I have read a lot about the guns limited range and accuracy. I get sick of this as it always seems to be more talk than action by those worthies. I decided to shoot this gun for accuracy in a way that would better show its potential on a man sized target in a self defense capacity.
First group at 100 yards. I intended to shoot 10 rounds but lost count as you can see. I fired this iron sight like I did all groups, and from the bench and bags. The small peep is not good for my oddball eyes as a larger peep is easier for me. So to make up for the peep not working well for my eyes and to make sure I got all I could out of it, I made sure to use the sand bagged/locked down set up.
The 125 yard group is shown on the targets “head”. I have seen some guys who couldn’t do this with an M4 using an ACOG. Not to say this is some how my ability, as I said the gun was nearly locked into a vice or as vicelike as I could manage, which was pretty good. I simple lined up the sights then worked the trigger while making sure the gun didn’t slowly move off target. After seeing this performance, I really wished I could pull the same set up off with other model rifles.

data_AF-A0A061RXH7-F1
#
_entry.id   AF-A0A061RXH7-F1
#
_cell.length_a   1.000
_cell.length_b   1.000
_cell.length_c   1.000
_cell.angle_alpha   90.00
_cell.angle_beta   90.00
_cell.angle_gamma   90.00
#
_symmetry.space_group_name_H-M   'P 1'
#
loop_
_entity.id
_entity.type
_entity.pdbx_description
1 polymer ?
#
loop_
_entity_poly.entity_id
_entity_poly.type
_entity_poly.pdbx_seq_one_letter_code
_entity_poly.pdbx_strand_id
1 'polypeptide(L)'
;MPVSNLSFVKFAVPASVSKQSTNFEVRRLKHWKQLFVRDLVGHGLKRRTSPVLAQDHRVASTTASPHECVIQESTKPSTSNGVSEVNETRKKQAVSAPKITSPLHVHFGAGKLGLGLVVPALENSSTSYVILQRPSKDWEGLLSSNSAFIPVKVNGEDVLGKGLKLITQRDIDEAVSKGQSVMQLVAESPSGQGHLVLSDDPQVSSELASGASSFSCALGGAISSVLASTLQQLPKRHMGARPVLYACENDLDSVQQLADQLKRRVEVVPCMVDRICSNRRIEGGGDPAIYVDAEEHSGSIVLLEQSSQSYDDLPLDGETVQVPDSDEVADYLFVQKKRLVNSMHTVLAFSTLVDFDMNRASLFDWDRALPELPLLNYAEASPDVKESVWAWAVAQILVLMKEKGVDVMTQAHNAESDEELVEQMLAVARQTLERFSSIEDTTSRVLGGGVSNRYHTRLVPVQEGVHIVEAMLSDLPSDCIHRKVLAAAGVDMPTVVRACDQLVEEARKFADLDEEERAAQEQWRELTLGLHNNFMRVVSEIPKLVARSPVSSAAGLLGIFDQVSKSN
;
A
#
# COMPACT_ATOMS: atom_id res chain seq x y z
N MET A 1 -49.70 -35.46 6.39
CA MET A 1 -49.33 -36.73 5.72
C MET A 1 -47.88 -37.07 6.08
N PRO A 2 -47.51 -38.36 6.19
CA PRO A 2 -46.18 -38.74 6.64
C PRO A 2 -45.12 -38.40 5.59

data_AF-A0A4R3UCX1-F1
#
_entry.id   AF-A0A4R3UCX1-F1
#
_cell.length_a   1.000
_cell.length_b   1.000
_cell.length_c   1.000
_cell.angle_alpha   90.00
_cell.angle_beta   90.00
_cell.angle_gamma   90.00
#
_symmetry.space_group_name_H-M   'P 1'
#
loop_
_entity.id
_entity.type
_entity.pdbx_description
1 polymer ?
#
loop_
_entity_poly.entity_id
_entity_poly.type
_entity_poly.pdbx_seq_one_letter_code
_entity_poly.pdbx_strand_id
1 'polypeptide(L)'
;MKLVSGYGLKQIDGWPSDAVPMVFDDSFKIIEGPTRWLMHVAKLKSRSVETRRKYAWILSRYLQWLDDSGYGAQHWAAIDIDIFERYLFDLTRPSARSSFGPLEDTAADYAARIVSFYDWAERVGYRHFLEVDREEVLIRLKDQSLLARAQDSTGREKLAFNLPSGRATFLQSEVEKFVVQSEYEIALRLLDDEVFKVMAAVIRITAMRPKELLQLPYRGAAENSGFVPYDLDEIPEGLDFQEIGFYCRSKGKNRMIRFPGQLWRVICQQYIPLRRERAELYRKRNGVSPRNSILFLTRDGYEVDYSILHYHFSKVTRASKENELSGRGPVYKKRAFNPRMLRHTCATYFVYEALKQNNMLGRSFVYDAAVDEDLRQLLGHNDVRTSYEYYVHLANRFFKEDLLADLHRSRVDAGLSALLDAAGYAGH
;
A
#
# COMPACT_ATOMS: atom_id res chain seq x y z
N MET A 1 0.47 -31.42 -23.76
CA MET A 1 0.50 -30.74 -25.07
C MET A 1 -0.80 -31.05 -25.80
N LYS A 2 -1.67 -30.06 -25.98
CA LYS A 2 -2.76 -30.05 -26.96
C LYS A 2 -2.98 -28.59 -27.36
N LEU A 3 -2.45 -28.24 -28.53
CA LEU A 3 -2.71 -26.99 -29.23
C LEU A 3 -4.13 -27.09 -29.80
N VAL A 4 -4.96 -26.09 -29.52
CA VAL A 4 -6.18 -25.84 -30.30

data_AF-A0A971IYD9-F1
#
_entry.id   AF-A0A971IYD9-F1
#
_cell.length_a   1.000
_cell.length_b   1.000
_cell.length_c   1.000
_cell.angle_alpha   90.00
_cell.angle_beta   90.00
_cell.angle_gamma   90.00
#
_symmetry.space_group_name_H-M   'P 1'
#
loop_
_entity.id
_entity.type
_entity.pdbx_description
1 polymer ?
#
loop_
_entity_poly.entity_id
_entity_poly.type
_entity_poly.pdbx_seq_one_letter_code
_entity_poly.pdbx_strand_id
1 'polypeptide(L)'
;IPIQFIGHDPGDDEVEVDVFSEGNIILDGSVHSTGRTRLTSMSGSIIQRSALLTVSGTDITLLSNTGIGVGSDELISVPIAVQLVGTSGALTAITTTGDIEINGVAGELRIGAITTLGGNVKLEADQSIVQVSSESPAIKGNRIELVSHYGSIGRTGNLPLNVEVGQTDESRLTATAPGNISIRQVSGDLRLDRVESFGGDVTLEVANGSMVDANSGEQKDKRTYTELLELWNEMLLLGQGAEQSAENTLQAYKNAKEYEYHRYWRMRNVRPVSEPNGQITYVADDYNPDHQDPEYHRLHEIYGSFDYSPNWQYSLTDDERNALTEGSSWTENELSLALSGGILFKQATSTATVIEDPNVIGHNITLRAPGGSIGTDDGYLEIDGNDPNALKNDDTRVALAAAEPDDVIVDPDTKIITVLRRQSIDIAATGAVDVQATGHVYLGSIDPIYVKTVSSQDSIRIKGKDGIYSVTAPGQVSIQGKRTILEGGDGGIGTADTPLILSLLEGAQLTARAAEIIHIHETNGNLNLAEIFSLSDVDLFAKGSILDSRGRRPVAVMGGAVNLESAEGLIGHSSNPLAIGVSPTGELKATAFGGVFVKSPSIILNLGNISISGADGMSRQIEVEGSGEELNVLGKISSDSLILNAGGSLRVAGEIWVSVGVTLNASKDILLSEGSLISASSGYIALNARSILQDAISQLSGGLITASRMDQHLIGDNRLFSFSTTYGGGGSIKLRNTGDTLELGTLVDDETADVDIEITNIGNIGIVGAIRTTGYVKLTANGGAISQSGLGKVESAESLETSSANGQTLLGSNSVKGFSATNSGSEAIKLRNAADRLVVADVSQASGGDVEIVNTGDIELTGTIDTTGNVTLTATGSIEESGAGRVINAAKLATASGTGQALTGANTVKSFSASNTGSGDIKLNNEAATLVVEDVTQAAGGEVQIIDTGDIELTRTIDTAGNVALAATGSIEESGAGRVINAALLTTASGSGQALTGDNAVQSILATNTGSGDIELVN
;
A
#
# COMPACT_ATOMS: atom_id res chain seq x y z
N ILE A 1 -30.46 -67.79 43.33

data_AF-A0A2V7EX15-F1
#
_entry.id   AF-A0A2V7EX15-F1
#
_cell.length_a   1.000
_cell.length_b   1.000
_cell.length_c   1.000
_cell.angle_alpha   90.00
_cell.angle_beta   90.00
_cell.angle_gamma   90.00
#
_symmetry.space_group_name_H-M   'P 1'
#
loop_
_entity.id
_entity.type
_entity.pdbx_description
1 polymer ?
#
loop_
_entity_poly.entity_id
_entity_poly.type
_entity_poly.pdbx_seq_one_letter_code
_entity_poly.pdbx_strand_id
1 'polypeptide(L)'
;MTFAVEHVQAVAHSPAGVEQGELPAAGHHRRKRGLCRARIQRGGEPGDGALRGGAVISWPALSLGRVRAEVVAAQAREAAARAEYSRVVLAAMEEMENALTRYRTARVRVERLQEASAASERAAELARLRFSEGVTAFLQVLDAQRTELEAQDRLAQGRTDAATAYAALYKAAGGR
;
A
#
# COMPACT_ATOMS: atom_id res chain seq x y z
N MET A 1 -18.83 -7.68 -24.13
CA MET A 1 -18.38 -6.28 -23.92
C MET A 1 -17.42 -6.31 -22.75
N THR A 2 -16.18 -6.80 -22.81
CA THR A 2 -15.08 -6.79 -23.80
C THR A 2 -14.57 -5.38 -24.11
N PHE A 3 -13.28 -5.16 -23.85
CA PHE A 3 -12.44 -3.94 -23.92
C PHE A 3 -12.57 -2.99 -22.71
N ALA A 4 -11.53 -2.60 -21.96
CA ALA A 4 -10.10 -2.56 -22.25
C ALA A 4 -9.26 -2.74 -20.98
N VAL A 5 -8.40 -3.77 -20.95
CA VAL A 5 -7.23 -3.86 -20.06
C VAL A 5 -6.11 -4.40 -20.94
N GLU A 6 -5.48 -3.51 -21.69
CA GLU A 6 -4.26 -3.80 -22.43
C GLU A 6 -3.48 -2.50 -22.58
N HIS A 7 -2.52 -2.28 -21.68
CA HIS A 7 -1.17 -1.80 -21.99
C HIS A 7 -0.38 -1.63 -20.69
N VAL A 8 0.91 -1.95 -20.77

Above is the 150 yard group, Same set up. The group isn’t much bigger than the first two. Which ideally is what you would want, but I am sure it may surprise a decent amount of naysayers. Not as good as a decent AR15 of course. but that is not a fair comparison. This was a PDW meant to replace the handgun. This is still good enough to make a head shot possible if you could hold steady enough in the field. Probably unlikely in combat or any field shooting. Making tight groups in the field is obviously a lot different than the range but you would be surprised how many seem to never want to acknowledge that little factoid. Making hits accurately at any distance and in the field in any position is something I wish we had more competitions that strove to replicate.